During the first eighteen months of the LOMID project, the consortium performed a cost-performance trade-off study and used this to fix the functional requirements and specifi-cations of the microdisplays, bearing in mind the most likely markets for the consortium members. A so-called Test and Qualification Vehicle (TQV) chip was designed - essentially very simplified version of the silicon chip that will be used for the microdisplays. This TQV was used to develop and test new silicon chip (CMOS) fabrication processes required to meet the requirements of the OLED part of the display devices. In order to meet the aims of the project, the consortium was extended slightly to include another factory from the XFAB group in order to allow access to faster, more power efficient chips.
Excellent progress has been towards improving the yield of the OLED manufacturing steps - although further long-term testing is needed, preliminary results suggest that the number of defects has been reduced by about 80%, a necessary step towards the very challenging objective of a 60% overall device yield.
A new process for depositing novel transparent materials (amorphous metal oxides) for use as transistors in thin film display devices has been developed, and promising results obtained from the characterisation of these materials. A new transparent protective coating has been developed, and used to show that similar chips can be bent to conform to a curved template.
Boundary conditions for a life-cycle analysis (LCA) have been defined to collect throughout the project relevant data.
The virtual reality and augmented reality markets continue to grow as forecasted, and the project members have kept a careful watch on these markets and the (non-) emergence of alternative technologies that would compete with the outcomes from the LOMID project.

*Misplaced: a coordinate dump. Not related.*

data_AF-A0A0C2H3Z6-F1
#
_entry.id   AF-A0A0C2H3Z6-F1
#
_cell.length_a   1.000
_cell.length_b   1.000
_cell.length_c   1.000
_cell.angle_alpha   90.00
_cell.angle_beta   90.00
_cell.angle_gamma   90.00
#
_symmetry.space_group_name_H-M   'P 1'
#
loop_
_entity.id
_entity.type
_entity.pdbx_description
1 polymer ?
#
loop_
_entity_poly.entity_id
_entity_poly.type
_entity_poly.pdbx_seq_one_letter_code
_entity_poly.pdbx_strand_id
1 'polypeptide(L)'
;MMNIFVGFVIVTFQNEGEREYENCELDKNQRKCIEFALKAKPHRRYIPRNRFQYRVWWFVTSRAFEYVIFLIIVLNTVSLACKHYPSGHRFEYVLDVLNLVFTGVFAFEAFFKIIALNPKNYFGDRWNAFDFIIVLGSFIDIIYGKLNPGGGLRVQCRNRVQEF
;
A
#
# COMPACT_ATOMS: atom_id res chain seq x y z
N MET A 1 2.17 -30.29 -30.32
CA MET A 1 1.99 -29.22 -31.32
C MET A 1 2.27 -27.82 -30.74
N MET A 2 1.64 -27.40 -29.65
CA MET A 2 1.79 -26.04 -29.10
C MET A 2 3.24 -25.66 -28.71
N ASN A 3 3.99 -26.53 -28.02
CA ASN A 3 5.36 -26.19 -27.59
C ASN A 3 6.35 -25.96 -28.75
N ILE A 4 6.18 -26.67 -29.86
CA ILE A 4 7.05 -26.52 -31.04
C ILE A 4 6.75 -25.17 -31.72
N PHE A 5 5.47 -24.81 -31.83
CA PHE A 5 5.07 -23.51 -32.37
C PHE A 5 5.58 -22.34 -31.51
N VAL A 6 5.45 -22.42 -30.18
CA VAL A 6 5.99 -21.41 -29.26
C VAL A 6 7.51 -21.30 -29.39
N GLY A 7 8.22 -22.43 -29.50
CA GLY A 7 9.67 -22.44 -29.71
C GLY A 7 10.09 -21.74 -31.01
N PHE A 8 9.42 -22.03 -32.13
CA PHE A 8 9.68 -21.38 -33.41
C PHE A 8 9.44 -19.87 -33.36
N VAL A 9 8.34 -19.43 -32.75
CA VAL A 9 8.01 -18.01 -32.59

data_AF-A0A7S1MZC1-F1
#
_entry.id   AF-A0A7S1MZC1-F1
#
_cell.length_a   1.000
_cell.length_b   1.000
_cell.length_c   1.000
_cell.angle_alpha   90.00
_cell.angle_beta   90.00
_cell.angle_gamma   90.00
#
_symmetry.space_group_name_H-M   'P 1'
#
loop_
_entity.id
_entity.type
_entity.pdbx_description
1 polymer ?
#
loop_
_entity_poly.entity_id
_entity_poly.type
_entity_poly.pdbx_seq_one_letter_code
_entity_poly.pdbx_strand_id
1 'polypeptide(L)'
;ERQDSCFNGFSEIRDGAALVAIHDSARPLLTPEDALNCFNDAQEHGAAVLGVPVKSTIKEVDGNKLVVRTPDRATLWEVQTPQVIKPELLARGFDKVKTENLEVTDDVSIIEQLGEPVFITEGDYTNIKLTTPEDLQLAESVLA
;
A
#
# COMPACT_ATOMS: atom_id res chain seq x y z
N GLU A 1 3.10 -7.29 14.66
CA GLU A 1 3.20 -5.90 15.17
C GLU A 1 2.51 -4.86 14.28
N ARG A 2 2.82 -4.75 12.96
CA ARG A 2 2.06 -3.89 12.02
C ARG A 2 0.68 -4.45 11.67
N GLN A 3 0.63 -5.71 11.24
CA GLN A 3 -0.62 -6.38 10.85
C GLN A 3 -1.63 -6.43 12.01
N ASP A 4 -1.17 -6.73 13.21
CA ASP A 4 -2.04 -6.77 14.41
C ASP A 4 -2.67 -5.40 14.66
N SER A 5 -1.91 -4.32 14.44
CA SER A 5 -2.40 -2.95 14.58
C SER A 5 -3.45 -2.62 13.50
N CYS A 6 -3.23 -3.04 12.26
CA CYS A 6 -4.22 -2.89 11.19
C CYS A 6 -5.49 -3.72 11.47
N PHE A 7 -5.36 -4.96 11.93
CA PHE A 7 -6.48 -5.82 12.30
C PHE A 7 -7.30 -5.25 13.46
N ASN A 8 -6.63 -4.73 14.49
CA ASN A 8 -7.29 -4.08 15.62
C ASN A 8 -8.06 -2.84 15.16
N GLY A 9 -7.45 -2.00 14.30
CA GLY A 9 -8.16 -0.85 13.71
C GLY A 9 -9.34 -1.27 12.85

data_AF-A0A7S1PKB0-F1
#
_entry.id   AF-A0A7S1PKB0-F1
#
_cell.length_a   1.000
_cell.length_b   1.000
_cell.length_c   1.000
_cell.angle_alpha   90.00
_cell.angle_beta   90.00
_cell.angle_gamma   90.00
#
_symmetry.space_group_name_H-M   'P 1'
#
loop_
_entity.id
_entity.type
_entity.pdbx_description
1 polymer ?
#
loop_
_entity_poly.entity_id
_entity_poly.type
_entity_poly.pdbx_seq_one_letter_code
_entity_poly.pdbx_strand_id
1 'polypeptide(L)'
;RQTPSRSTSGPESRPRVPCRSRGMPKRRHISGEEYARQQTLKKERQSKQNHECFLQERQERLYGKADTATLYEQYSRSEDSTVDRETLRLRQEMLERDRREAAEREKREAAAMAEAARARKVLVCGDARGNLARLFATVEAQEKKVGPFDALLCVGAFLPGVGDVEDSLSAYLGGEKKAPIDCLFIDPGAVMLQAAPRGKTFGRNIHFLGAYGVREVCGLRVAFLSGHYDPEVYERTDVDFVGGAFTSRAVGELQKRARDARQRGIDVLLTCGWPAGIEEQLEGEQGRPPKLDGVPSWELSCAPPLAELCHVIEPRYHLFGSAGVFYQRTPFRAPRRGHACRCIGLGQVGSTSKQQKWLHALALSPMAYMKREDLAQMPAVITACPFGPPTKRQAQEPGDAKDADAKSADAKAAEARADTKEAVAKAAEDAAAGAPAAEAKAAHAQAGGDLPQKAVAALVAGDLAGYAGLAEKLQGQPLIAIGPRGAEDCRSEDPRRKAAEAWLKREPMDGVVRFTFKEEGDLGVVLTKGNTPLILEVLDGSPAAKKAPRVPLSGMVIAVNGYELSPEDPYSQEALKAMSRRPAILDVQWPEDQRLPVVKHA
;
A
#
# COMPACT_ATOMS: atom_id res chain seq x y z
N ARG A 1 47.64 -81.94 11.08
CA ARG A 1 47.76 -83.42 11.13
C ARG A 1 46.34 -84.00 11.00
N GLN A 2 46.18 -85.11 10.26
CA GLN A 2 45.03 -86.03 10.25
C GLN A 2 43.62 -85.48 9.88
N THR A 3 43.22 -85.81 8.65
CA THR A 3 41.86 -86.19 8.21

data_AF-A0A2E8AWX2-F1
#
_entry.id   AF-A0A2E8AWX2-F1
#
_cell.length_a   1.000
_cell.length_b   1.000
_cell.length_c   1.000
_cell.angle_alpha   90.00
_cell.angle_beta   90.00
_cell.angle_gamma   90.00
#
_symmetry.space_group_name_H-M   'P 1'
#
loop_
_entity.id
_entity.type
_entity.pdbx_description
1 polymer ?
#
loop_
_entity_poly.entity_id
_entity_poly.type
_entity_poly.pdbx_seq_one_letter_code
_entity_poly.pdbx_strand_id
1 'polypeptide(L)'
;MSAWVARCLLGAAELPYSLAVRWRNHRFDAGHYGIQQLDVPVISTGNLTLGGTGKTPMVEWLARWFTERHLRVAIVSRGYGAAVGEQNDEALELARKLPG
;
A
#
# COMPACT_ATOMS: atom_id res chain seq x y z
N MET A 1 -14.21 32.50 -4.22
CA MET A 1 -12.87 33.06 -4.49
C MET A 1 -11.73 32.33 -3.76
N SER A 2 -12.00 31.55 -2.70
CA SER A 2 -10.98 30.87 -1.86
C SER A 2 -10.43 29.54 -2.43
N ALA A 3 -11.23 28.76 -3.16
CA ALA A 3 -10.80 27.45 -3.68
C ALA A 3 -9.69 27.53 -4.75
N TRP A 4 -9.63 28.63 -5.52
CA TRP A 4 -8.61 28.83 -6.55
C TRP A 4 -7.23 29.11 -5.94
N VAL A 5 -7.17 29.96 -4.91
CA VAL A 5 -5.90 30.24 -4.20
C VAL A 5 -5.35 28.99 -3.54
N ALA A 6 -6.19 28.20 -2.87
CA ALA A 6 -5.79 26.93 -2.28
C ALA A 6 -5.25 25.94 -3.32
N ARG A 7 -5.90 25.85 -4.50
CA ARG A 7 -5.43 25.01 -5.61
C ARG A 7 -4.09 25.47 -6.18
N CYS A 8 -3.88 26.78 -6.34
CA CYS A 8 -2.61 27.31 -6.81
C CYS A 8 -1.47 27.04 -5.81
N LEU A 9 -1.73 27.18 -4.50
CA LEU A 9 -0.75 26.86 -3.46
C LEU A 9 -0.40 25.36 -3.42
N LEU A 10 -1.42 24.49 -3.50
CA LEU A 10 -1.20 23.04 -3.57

Progress beyond the state of the art and expected potential impact (including the socio-economic impact and the wider societal implications of the project so far)

"At this stage of the project (half-way through), as planned, there are rather few outcomes to demonstrate progress beyond the state of the art (one quarter of the technical deliverables have been achieved, almost all on time). Such progress has occurred within the project, but almost entirely in process development and design. The first complete display devices for evaluation are expected within a few weeks (September 2016), and these will make evident some of the progress made by the project.
Highlights so far include the second version of the detailed requirements and specifications document for the microdisplays (and associated circuitry) and the tape-out of an initial design for the integrated circuit that includes new circuit designs developed within the project that are necessary to reach the required performance (speed, contrast, size). Soon to follow is a first draft of the design rule manual for the chips. The project has developed a new material and application process for a transparent hard protective coating (required e.g. during the steps to bend the display chips, but also generally useful to prevent damage before the final chip packaging), and the project has also made amorphous metal oxides (for future circuitry) by a new process that allows efficient selection of the best materials (this work has been published as ""Influence of the cation ration on optical and electrical properties of amorphous zinc-tin-oxide thin films grown by pulsed laser deposition"" in the journal ACS Combinatorial Science, 18(4) pp188-194 as an open access publication).